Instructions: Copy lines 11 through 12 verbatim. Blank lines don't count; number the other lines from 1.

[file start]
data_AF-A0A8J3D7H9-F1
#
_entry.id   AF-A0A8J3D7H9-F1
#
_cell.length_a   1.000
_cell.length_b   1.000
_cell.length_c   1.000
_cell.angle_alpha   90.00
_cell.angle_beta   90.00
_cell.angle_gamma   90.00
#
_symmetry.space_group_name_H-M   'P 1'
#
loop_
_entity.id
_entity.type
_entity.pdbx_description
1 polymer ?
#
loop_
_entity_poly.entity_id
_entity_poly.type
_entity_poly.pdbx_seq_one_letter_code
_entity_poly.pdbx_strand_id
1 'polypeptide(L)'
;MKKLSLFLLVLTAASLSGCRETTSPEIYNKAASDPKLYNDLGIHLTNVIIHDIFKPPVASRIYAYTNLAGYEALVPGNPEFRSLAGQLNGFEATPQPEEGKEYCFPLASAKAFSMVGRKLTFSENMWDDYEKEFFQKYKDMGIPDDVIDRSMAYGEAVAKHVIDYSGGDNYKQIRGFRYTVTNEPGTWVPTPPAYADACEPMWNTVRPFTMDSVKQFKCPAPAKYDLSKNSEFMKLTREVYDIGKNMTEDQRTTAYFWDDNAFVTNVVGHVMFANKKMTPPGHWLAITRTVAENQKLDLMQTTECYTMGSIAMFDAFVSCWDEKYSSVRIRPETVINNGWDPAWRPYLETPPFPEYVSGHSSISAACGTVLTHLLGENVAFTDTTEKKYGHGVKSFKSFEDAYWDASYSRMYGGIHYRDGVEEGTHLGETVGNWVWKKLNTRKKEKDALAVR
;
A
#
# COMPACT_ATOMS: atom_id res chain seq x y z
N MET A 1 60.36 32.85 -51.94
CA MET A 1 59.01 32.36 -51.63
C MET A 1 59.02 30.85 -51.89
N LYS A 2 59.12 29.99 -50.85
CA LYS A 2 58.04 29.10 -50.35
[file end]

#
_symmetry.space_group_name_H-M   'P 1'